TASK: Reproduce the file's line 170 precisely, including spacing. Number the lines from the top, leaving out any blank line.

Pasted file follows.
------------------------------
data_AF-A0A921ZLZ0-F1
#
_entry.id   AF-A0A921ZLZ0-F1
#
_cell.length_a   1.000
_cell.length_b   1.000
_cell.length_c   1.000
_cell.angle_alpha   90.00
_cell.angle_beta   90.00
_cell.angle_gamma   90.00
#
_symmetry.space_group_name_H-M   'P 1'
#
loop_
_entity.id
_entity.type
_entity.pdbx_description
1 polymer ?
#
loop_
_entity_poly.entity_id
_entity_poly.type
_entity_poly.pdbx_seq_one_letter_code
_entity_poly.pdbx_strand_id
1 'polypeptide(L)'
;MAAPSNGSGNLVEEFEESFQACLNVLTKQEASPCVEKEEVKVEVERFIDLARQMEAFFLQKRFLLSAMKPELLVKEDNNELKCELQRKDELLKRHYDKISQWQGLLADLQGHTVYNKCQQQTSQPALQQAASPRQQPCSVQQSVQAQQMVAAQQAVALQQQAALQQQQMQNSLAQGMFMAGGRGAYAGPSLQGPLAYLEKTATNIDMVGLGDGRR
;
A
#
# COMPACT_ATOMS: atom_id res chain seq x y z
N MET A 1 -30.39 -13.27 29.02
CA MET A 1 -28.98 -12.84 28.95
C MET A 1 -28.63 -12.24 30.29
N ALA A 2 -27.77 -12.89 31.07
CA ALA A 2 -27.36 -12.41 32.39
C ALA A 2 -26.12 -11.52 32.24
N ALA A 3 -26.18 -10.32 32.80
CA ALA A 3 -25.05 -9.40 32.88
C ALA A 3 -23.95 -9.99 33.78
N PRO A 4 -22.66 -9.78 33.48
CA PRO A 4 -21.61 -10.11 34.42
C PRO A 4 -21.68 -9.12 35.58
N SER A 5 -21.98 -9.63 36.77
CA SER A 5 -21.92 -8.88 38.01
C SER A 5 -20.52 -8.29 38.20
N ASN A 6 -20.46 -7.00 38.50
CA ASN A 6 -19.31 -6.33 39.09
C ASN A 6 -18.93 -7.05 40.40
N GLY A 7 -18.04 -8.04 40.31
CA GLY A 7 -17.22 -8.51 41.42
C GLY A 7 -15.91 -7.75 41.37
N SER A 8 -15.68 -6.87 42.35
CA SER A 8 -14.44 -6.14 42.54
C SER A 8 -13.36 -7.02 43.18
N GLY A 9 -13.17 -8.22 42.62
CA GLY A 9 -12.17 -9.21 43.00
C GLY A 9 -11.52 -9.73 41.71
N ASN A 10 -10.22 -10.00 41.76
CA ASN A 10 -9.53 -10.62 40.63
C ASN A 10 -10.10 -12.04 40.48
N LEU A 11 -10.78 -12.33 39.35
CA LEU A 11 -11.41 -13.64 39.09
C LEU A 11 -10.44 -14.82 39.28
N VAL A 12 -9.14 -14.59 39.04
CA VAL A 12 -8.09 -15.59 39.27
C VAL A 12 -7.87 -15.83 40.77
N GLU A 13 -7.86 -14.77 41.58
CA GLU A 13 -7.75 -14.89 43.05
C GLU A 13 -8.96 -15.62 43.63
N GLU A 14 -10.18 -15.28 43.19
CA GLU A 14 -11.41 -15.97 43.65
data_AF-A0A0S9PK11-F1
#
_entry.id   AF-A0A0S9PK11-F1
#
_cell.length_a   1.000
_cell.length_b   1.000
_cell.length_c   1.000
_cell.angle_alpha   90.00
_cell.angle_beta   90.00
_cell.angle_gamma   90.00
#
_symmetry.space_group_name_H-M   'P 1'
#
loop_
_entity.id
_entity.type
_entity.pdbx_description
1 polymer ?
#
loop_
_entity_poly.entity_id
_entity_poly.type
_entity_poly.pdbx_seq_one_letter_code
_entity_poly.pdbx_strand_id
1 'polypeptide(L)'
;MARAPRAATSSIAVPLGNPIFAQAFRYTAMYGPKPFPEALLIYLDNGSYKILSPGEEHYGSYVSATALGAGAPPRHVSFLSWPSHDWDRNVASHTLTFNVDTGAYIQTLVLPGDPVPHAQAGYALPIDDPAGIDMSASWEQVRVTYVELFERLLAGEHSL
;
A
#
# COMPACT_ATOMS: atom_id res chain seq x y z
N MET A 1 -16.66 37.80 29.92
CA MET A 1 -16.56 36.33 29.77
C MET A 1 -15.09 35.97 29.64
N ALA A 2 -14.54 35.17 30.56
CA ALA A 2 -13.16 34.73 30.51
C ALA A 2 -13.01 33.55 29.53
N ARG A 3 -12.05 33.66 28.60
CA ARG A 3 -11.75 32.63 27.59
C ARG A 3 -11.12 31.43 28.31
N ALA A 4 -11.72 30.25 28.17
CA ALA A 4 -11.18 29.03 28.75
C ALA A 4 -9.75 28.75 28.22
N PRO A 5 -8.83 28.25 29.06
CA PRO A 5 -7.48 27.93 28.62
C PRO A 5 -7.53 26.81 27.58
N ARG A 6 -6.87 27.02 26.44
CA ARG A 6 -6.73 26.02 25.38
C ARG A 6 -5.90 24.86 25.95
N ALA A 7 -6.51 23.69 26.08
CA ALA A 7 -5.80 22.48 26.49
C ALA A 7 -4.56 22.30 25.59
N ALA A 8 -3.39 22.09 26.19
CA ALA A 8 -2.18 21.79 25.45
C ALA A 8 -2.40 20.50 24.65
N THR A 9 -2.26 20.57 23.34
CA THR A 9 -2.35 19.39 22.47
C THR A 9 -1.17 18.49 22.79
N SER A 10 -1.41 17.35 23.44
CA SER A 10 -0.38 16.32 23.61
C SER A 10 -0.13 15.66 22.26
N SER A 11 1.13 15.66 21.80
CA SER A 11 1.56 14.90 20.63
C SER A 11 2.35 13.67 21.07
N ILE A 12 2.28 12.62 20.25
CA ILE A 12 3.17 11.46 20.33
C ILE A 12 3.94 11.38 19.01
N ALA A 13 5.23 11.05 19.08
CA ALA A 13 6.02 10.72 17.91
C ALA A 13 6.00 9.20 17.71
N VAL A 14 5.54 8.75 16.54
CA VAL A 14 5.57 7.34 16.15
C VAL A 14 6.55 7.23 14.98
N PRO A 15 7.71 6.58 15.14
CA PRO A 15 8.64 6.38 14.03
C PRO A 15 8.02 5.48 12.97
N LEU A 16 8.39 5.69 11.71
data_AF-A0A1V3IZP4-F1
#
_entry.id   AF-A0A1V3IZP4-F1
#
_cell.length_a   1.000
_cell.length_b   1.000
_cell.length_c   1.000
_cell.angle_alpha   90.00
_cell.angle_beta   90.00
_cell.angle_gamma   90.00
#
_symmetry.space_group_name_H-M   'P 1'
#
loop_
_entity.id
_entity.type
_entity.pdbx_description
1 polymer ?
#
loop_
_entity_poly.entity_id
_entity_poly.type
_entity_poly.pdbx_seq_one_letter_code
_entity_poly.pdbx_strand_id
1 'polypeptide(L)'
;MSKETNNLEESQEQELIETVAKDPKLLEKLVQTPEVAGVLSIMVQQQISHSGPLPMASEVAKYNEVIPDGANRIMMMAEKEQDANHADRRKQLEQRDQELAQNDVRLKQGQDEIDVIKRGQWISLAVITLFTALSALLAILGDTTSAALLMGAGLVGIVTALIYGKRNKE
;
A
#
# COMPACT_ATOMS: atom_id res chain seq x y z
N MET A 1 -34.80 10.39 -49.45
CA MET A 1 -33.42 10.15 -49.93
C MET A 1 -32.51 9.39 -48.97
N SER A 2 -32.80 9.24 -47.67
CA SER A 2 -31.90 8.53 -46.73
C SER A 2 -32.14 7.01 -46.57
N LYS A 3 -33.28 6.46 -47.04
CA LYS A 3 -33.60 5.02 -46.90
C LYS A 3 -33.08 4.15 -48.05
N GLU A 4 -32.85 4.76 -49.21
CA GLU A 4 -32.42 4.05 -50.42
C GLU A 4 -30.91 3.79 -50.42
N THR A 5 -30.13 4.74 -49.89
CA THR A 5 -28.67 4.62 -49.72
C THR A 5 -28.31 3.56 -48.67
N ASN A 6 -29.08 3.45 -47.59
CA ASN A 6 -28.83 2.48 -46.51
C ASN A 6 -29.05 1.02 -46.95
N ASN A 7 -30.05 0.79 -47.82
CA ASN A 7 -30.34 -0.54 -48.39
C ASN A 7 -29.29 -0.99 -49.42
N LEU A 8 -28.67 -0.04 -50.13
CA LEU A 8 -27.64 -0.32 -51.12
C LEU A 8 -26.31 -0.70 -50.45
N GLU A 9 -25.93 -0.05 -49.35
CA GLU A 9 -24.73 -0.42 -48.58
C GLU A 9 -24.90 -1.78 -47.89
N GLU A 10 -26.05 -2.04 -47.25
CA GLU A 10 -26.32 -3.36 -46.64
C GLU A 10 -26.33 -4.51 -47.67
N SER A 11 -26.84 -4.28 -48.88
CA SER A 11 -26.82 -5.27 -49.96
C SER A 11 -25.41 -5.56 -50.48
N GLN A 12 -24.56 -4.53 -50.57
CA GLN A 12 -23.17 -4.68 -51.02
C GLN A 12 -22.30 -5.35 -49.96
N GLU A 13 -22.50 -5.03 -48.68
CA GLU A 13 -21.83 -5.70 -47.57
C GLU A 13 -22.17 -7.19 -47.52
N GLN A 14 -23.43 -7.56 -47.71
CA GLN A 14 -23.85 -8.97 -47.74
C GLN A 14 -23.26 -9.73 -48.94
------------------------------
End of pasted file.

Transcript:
_entity_poly.pdbx_seq_one_letter_code